Ta-Nehisi Coates, The Atlantic, Racist Hate….and The Dick Van Dyke Show

Forget what your dad is telling you, kid: listen to Buddy.

Forget what your dad is telling you, kid: listen to Buddy.

Question: If Ta-Nehisi Coates’ racist and hateful, anti-white, anti-US essay for The Atlantic is respectable public discourse, why isn’t Dylan Roof’s manifesto?

I think it is fair to that we know what the standards, or rather double standards, are in Barack Obama’s America. We have repeatedly been told by progressive activists that “hate speech” either isn’t or shouldn’t be protected by the Constitution, but the essay “Letter to My Son” by a regular Atlantic contributor, published by the magazine as literature, shows that “hate speech” is a narrower category in the progressive universe than its catchy name would suggest. Pompous, pretentious, labored, and smug anti-white, anti-American speech isn’t hate, apparently, but rather wisdom.

I just want to know what the rules are now.

Blogger/law professor Ann Althouse threw a link to the long piece by Coates to her readers without comment, as is often her technique. Actually, she highlighted a comment to the essay by one of the readers of Metafilter, who gushed,

I sat in the parking lot of my gym for 30 minutes reading that amazing, amazing piece. I’m rendered inarticulate by its power, by its purpose, by how fucking important it is and how I wish every person in this country would read it and really hear what he’s saying. And, just, goddamn. It’s so good. It references MLK in the same breath as Wu-Tang, and it’s all woven together so fucking effortlessly, but the references aren’t winky nods to pop culture, they’re buttressing an argument that is already so strong and undeniable and.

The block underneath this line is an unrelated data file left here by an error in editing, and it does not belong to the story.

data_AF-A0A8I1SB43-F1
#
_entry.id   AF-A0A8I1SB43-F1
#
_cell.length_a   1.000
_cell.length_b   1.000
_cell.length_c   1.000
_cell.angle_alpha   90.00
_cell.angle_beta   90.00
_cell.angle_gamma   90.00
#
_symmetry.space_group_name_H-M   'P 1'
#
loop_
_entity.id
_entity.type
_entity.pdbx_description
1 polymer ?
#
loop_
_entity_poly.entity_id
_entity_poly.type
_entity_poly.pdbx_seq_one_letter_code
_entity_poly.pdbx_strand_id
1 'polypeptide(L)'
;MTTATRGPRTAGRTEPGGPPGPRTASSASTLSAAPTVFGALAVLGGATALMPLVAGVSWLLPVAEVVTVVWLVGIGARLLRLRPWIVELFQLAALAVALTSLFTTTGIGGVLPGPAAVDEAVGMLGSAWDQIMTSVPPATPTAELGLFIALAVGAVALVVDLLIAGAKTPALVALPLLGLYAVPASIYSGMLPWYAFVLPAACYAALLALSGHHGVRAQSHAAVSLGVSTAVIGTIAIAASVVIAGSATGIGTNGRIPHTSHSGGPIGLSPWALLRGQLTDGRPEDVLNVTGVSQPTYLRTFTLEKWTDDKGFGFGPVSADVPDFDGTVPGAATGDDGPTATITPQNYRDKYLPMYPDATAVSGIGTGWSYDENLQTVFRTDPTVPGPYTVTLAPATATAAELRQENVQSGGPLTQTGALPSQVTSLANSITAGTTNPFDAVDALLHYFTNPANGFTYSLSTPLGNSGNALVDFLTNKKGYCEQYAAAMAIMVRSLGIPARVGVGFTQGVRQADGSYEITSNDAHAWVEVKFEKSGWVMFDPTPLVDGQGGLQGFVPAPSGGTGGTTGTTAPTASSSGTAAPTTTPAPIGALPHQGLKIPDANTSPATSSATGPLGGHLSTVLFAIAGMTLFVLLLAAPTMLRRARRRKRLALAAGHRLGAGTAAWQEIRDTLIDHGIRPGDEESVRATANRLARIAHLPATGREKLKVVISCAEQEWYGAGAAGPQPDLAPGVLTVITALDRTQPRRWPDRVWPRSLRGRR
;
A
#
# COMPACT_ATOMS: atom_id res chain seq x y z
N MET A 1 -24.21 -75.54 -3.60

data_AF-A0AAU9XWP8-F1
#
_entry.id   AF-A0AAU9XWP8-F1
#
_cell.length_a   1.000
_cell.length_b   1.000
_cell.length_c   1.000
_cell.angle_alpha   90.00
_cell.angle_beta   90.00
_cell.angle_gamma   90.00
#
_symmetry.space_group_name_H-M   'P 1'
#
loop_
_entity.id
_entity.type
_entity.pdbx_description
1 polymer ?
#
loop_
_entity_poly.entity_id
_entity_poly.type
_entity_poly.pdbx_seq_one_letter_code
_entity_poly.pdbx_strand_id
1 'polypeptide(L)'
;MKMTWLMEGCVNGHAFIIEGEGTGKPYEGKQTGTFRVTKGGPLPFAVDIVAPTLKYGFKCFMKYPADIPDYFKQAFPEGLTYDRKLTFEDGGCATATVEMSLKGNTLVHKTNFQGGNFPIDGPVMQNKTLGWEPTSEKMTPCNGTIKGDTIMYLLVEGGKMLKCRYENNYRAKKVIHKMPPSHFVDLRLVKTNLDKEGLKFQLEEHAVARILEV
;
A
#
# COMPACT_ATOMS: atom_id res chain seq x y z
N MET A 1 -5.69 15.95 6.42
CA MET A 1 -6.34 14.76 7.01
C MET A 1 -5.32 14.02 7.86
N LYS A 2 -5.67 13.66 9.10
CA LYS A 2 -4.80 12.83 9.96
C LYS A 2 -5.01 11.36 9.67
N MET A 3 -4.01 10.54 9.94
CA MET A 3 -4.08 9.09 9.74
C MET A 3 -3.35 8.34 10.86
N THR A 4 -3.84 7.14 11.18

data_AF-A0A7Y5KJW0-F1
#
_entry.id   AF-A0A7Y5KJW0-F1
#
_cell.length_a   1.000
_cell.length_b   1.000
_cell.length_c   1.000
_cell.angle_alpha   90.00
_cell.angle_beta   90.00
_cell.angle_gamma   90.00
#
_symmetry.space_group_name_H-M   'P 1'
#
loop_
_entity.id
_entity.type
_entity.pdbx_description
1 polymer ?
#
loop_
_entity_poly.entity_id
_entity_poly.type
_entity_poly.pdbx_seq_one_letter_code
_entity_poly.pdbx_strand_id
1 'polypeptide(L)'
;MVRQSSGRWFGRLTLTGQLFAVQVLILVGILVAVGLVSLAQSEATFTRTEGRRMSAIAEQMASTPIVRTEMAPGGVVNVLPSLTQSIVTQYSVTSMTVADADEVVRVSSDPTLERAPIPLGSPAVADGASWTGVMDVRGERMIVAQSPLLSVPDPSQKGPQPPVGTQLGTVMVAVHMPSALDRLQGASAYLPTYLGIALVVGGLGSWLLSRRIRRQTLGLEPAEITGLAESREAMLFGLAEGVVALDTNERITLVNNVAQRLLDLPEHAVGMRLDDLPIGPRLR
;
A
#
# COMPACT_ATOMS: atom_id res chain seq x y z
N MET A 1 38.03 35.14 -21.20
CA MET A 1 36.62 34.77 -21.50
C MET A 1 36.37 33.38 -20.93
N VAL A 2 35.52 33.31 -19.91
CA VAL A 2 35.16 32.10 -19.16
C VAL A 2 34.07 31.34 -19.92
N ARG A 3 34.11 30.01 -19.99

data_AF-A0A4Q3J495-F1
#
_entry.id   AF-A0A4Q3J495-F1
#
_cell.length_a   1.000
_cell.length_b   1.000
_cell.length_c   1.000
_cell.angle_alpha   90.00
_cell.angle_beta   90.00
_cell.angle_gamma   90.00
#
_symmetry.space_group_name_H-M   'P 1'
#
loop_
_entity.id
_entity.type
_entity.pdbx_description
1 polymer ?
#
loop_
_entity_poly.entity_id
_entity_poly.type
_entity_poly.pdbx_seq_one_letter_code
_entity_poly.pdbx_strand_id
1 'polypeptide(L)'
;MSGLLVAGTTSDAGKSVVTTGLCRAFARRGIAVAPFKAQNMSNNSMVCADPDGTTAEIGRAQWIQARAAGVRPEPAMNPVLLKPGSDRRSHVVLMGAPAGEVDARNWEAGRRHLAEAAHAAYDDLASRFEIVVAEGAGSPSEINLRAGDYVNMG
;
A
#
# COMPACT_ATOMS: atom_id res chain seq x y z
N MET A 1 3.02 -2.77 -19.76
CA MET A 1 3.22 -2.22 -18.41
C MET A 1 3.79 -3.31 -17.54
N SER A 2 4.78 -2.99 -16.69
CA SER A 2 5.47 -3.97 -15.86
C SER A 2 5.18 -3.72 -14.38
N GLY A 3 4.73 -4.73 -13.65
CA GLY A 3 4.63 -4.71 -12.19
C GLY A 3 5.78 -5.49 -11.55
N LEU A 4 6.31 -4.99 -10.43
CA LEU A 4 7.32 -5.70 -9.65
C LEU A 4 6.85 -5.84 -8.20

Althouse left off the last line, which was…

God. I know this sounds hyperbolic, but fucking hell, I hope this letter is taught in civics classes and literature classes for decades to come.

The Professor is correct: the positive reactions to this monstrosity are at least as fascinating as the essay itself. Read it all the way through, if you can. I found the long article extremely hard to get through. The prose is the sort of over-worked, straining-to-be-poetic slog that black revolutionaries and poets of the Sixties used to excel at, often from prison; Eddie Murphy did some hilarious imitations of them. Style and pretentiousness aside, the essay is tragic, frustrating and deeply sad: if this or anything even close to this is a common state of mind among African Americans, then it is small wonder progress in U.S. race relations is regressing. Continue reading

Ed Asner’s Important, Troubling And Bewildering Theory

"Oh, Mr. Grant!"

“Oh, Mr. Grant!”

I really don’t know what to make of this, but I think it means something, and whatever it is, it’s important to remember and learn from it. Now if I could only figure out what it is.

Here is what Ed Asner, the elderly “Mary Tyler Moore Show” and “Up” actor—he was also a bad guy in one of my favorite John Wayne Westerns, “El Dorado”—said in response to an interviewer’s question about why the Hollywood anti-war left was staying out of Obama’s self-made Syria controversy, in such marked contrast to its vocal opposition to the Iraq invasion (Where have you gone Janeane Garafolo, our nation turns its lonely eyes to you…OOOOO! ).

Spake Ed:

“A lot of people don’t want to feel anti-black by being opposed to Obama.”

Now, Asner has long been a vocal member of the Hollywood liberal activist community. Presumably, he still is well-connected and knows something about the culture and political pulse in Tinseltown. So I want to know: What can we glean from this ridiculous statement? What does it mean? Continue reading